Sunday, December 27, 2009

Sunday of the Holy Family

“My son, take care of your father when he is old; grieve him not as long as his lives. Even if his mind fail, be considerate of him; revile him not all the days of his life; kindness to a father will not be forgotten, firmly planted against the debt of your sins---a house raised in justice to you.” (From the Book of Sirach, Chapter 3)

I was the lector for my parish’s 8:30 AM Mass. Today being the Sunday of the Holy Family, the lectionary offers a selection of various readings to choose from. My pastor selected the reading from the Book of Sirach, the above quote being the last paragraph of the reading.

I do not know if the Holy Spirit was trying to say something to me, but this reading has personal significance for me. My father came down with a case of pneumonia right after Thanksgiving and is still in the hospital. Fortunately, he has gotten through it, but he still has a long road to recovery. He is incredibly thin and weak, but in good spirits. It has been difficult to see my parents’ age over the past few years, but especially my father over these recent weeks. Both parents are going to need a lot of support from my siblings and me.

This puts us in the company of many “baby boomers,” who find themselves caring for parents who are living longer, but are developing more illnesses and weaknesses. The media reports on the strains this puts many families through. This is when faith communities need to step up and provide the social and spiritual support that family caregivers need. We need the opportunity to gather and share our struggles, frustrations and joys. Individually, we need to give ourselves time for prayer, to open up to God, pour out our anger, fears and despair; then open our hearts to God’s healing love.

“Beloved, if our hearts do not condemn us, we have confidence in God and receive from him whatever we ask, because we keep his commandments and do what pleases him.” (From the First Letter of Saint John)

Experiencing God’s love enables us in turn to love; to be compassionate and patient. Then we will truly be able to honor our parents.

“And whatever you do, in word or in deed, do everything in the name of the Lord Jesus, giving thanks to God the Father through him.” (From the Letter of St. Paul to the Colossians)

Friday, December 25, 2009

Christmas 2009

"Father, we are filled with the new light by the coming of your Word among us. May the light of faith shine in our words and actions. Grant this through our Lord Jesus Christ, your Son, who lives and reigns with you and the Holy Spirit, one God, forever and ever. Amen." ( Liturgy of the Hours, Christmas Morning Prayer)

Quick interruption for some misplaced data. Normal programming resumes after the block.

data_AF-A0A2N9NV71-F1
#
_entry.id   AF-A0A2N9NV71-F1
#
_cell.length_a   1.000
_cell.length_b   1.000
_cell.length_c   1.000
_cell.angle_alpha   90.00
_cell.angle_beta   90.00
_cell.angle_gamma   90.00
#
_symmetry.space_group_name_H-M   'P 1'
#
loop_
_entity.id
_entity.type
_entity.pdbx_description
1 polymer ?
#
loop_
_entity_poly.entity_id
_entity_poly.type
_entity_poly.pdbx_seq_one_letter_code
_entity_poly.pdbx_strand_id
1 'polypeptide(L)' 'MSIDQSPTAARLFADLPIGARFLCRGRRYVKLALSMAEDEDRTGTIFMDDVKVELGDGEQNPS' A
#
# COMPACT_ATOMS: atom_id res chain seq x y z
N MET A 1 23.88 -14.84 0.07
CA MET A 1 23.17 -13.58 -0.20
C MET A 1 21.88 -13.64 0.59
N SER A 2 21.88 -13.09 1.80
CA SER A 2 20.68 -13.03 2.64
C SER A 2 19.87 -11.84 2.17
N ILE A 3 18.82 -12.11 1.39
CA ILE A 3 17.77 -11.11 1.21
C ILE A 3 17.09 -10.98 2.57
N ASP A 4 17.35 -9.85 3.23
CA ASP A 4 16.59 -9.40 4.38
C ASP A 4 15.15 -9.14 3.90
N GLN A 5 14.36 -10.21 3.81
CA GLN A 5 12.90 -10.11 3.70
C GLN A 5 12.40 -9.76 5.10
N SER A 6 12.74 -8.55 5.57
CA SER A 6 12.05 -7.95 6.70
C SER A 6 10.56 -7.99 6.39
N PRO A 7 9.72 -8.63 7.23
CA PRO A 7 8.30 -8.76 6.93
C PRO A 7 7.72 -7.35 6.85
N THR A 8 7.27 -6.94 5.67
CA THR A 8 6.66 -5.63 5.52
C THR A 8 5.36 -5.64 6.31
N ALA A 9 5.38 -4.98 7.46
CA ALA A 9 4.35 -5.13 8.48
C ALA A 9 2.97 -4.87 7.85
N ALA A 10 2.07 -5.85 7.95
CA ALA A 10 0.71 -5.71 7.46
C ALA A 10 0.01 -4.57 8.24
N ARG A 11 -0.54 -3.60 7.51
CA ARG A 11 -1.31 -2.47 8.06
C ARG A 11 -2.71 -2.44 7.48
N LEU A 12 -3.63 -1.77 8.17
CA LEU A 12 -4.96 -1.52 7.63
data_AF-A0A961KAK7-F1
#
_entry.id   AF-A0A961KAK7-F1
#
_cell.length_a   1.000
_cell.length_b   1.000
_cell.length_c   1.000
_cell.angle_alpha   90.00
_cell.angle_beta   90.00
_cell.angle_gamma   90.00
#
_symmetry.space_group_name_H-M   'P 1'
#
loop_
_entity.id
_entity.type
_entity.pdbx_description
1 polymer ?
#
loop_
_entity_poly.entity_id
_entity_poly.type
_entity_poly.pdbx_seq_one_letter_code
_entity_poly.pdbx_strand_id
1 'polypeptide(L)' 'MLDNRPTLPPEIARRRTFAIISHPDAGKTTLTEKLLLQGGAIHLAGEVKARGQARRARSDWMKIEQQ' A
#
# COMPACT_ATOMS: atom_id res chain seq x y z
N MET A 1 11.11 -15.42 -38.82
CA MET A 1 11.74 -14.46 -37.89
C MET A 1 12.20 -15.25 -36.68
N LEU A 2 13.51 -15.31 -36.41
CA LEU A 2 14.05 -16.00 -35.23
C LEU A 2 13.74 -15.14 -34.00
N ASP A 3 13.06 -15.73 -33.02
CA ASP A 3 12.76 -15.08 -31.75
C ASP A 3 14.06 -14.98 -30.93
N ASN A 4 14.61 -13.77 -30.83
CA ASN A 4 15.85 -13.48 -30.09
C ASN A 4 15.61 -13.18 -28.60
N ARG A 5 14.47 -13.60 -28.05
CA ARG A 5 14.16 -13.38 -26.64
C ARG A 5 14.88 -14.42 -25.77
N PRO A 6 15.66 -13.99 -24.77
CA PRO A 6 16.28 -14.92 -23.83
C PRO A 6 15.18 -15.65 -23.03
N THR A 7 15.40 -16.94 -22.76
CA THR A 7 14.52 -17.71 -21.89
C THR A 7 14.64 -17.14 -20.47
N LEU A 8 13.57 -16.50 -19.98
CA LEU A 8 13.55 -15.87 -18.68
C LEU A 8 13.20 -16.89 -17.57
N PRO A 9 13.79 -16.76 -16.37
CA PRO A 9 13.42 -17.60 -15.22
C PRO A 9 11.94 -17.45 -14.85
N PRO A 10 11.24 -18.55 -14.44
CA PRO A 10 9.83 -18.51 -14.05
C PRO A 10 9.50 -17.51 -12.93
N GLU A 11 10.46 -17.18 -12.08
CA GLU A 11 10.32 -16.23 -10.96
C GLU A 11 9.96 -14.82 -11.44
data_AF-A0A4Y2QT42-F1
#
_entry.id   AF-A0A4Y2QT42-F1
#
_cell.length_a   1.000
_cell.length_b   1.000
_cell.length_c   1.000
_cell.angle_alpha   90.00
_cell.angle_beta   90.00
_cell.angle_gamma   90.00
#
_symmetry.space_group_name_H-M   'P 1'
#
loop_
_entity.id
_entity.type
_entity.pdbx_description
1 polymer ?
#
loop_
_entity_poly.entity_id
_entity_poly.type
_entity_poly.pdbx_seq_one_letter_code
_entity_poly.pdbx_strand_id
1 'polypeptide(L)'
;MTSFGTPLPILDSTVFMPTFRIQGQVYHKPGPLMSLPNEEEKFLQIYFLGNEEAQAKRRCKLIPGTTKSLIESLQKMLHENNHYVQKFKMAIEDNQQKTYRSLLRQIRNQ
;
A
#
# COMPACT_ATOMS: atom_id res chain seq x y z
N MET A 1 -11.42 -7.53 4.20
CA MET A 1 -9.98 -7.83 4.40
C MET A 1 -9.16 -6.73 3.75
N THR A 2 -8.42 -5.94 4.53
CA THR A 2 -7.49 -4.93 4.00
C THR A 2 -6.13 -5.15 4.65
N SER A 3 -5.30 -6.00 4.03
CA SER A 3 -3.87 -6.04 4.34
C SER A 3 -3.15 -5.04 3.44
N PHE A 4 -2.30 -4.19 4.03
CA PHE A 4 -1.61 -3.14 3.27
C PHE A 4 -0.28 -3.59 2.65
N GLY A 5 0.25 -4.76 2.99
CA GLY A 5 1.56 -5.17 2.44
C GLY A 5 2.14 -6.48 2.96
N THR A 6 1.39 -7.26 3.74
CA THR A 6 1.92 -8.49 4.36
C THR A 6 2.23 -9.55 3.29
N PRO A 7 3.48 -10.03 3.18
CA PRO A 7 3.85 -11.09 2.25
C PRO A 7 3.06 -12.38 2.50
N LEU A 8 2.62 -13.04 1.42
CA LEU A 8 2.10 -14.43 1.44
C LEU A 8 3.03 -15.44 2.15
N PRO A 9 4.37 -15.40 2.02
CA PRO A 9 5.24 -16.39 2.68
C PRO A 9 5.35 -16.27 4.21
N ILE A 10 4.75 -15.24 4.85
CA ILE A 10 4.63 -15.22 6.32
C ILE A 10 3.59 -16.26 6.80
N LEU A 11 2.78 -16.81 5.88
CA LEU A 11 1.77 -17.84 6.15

Christmas day, 2009! A day of celebration, in which we join with our faith communities in worship and praise; or with our families and friends in feasting and merrymaking. We are celebrating love, the love we share with each other as parents, siblings, relatives and friends; but we should also be celebrating the love we experience from God, who gave us His Son, that we might all be saved from the power of sin and darkness. And it is this last part that I think some of us fail to reflect on; and so we fail to really appreciate the true meaning of this day.
Jesus Christ, the Light of the World, came as human to proclaim the Good News of the Father's love, the Good News of our salvation. He brought the light of hope for those in despair, and healing for those who were wounded. He continues to share His light with us, and we in turn are to share this gift that we have received with others. Not just within our families, or our close circle of friends, but with everyone on our streets, offices, markets; indeed, the whole world. If we live as people of hope; others' despair will be lifted. If we live as people of compassion; envy, greed and hatred are swept away.
So we are called to be Good News people, let us begin anew to answer that call.

Tuesday, December 22, 2009

Rosary on the iPhone?

On their December 21st broadcast, National Public Radio aired their All Tech Considered segment, which dealt with how people of faith were incorporating the new technology into their spiritual lives. Many people have the parts, or the entire Bible programmed into their hand held devices. There are a good number of people who attended church services on line. A Catholic couple developed an application for their iPhone, which allows them to say the Rosary, while not disturbing their sick daughter.